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Tuesday, 25 March 2014

Can we have our money back please, Mr Hall?

The BBC likes to say that they would lose a lot of money if non-payment of the licence fee was decriminalised. Perhaps, but if they are that sensitive, perhaps they would like to consider repaying some of the money the government pays them to broadcast to the dead. Here is the BBC position on refunds:

What to do if the licence holder dies

The death of someone is always a difficult time. We try and make it as simple as possible to make the necessary changes to the TV Licence.

If a TV Licence is still needed at the address

Anyone who was living with the deceased licence holder will still be covered by the current TV Licence. If the licence is not a Free Over 75 TV Licence, please send a short statement in writing that the licensee has died. Please also let us know the name of the person still residing at the address. Future correspondence about the licence will be addressed to them.
The address to write to is:
Customer Services
TV Licensing
DL98 1TL
A copy of the death certificate is not required.
If the bank account details for the Direct Debit need to be changed, please enclose these with the same letter. The bank account holder must also sign the letter.

If the licence is a Free Over 75 TV Licence

A Free Over 75 TV Licence will remain valid for that year. In the following year the person still residing at the address will have to renew the licence. If that person is, or will be, over 75 years old by the time of renewal then it is best to apply now for their Free Over 75 TV Licence. You can do this by using acontact form to tell us their name, date of birth and National Insurance number. If the person still residing at the address will not be over 75 then we just need to know their name. We will send a renewal at the appropriate time.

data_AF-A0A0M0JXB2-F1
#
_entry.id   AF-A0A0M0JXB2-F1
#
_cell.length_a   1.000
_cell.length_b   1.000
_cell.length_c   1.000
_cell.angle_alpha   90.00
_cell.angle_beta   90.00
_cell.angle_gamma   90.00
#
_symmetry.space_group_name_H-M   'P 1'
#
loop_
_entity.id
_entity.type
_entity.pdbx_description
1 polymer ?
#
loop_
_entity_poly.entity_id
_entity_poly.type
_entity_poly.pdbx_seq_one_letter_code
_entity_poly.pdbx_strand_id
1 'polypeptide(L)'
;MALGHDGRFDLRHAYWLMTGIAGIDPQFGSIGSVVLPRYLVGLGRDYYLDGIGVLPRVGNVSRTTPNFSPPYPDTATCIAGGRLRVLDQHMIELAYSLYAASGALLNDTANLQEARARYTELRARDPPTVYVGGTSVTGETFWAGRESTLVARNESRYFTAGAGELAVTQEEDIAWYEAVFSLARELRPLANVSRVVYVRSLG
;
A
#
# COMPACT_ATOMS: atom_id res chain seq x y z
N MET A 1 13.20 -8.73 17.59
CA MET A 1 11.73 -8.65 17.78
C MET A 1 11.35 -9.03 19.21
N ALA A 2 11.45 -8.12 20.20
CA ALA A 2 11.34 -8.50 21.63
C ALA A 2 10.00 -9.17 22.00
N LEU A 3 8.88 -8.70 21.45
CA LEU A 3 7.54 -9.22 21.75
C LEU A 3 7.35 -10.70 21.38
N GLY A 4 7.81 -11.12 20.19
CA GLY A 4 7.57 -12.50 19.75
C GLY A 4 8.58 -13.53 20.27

You can also call us with the details on 0300 790 6131. Find out more information on call centre opening times.

If the TV Licence needs to be cancelled

If the licence is not a Free Over 75 TV Licence there may be a refund due to the estate. Refunds are given on any quarters (3, 6 or 9 months) left on the licence. Please complete an online refund form if you are an executor for the estate.
To just cancel the licence, please use a contact form to provide the title, initial, last name, address and licence number (where possible) of the deceased person.

If the licence is a Free Over 75 TV Licence

We’ll simply cancel the over 75 TV Licence. Please use a contact form to tell us the name, address and TV Licence number (where possible) of the deceased person. As the Over 75 licence is issued free of charge, there is no refund.
See that? Nothing to repay for the dead Over 75s, because it is issued "free of charge". Actually not so. It may be free to the user, but it costs the government (i.e. tax payers) £550 million to pay for the licenses of the over 75s. With an average life expectancy of 5 years, that implies a 20% chance of dying in any given year or 10% of the license going unused.

That is a £55 million annual windfall to the BBC in unrefunded license fees.

Monday, 24 March 2014

Solving two problems for the price of one #4

A funding crisis and increased demand for care means general practice as patients know it in the UK is "under severe threat of extinction", the head of the Royal College of GPs has warned.